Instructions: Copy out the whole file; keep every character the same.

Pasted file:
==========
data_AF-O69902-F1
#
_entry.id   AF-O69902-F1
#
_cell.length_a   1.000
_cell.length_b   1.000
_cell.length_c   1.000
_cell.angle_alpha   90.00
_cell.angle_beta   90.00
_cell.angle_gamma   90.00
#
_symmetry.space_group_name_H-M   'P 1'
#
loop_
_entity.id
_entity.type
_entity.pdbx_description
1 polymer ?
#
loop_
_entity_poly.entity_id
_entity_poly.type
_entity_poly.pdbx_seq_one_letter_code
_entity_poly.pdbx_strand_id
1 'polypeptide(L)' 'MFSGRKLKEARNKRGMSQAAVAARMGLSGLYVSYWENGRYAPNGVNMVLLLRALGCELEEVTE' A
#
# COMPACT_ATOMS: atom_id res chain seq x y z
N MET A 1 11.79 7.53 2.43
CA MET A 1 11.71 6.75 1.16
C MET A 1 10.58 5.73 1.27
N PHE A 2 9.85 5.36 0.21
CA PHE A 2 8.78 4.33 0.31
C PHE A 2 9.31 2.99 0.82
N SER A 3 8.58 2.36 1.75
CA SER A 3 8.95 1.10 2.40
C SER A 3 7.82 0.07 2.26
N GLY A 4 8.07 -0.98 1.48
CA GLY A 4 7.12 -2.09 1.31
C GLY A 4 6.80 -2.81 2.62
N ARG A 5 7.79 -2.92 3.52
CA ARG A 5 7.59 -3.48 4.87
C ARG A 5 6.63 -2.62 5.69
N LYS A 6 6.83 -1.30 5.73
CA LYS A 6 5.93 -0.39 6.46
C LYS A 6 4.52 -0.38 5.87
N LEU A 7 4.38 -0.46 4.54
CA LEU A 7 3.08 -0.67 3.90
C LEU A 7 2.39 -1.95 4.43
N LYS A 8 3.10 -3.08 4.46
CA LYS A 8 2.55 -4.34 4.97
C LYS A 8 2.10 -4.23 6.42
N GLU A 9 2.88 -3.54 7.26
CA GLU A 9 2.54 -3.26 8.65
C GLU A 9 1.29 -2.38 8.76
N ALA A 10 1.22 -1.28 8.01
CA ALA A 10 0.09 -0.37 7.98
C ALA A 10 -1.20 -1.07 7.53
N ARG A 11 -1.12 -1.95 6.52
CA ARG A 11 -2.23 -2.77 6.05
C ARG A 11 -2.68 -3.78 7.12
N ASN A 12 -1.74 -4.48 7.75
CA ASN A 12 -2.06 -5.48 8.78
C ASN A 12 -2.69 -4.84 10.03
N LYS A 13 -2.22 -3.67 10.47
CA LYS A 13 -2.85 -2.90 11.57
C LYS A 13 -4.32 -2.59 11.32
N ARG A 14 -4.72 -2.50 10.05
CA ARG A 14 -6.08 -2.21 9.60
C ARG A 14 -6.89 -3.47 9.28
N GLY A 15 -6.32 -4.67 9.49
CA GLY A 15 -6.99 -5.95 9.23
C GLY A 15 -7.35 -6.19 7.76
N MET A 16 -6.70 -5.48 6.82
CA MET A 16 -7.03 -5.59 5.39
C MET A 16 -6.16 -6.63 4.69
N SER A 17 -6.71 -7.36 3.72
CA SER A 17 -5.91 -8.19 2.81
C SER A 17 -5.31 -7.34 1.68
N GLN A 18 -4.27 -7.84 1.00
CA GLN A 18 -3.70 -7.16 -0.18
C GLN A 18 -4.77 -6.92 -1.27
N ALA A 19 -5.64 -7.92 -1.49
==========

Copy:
data_AF-O69902-F1
#
_entry.id   AF-O69902-F1
#
_cell.length_a   1.000
_cell.length_b   1.000
_cell.length_c   1.000
_cell.angle_alpha   90.00
_cell.angle_beta   90.00
_cell.angle_gamma   90.00
#
_symmetry.space_group_name_H-M   'P 1'
#
loop_
_entity.id
_entity.type
_entity.pdbx_description
1 polymer ?
#
loop_
_entity_poly.entity_id
_entity_poly.type
_entity_poly.pdbx_seq_one_letter_code
_entity_poly.pdbx_strand_id
1 'polypeptide(L)' 'MFSGRKLKEARNKRGMSQAAVAARMGLSGLYVSYWENGRYAPNGVNMVLLLRALGCELEEVTE' A
#
# COMPACT_ATOMS: atom_id res chain seq x y z
N MET A 1 11.79 7.53 2.43
CA MET A 1 11.71 6.75 1.16
C MET A 1 10.58 5.73 1.27
N PHE A 2 9.85 5.36 0.21
CA PHE A 2 8.78 4.33 0.31
C PHE A 2 9.31 2.99 0.82
N SER A 3 8.58 2.36 1.75
CA SER A 3 8.95 1.10 2.40
C SER A 3 7.82 0.07 2.26
N GLY A 4 8.07 -0.98 1.48
CA GLY A 4 7.12 -2.09 1.31
C GLY A 4 6.80 -2.81 2.62
N ARG A 5 7.79 -2.92 3.52
CA ARG A 5 7.59 -3.48 4.87
C ARG A 5 6.63 -2.62 5.69
N LYS A 6 6.83 -1.30 5.73
CA LYS A 6 5.93 -0.39 6.46
C LYS A 6 4.52 -0.38 5.87
N LEU A 7 4.38 -0.46 4.54
CA LEU A 7 3.08 -0.67 3.90
C LEU A 7 2.39 -1.95 4.43
N LYS A 8 3.10 -3.08 4.46
CA LYS A 8 2.55 -4.34 4.97
C LYS A 8 2.10 -4.23 6.42
N GLU A 9 2.88 -3.54 7.26
CA GLU A 9 2.54 -3.26 8.65
C GLU A 9 1.29 -2.38 8.76
N ALA A 10 1.22 -1.28 8.01
CA ALA A 10 0.09 -0.37 7.98
C ALA A 10 -1.20 -1.07 7.53
N ARG A 11 -1.12 -1.95 6.52
CA ARG A 11 -2.23 -2.77 6.05
C ARG A 11 -2.68 -3.78 7.12
N ASN A 12 -1.74 -4.48 7.75
CA ASN A 12 -2.06 -5.48 8.78
C ASN A 12 -2.69 -4.84 10.03
N LYS A 13 -2.22 -3.67 10.47
CA LYS A 13 -2.85 -2.90 11.57
C LYS A 13 -4.32 -2.59 11.32
N ARG A 14 -4.72 -2.50 10.05
CA ARG A 14 -6.08 -2.21 9.60
C ARG A 14 -6.89 -3.47 9.28
N GLY A 15 -6.32 -4.67 9.49
CA GLY A 15 -6.99 -5.95 9.23
C GLY A 15 -7.35 -6.19 7.76
N MET A 16 -6.70 -5.48 6.82
CA MET A 16 -7.03 -5.59 5.39
C MET A 16 -6.16 -6.63 4.69
N SER A 17 -6.71 -7.36 3.72
CA SER A 17 -5.91 -8.19 2.81
C SER A 17 -5.31 -7.34 1.68
N GLN A 18 -4.27 -7.84 1.00
CA GLN A 18 -3.70 -7.16 -0.18
C GLN A 18 -4.77 -6.92 -1.27
N ALA A 19 -5.64 -7.92 -1.49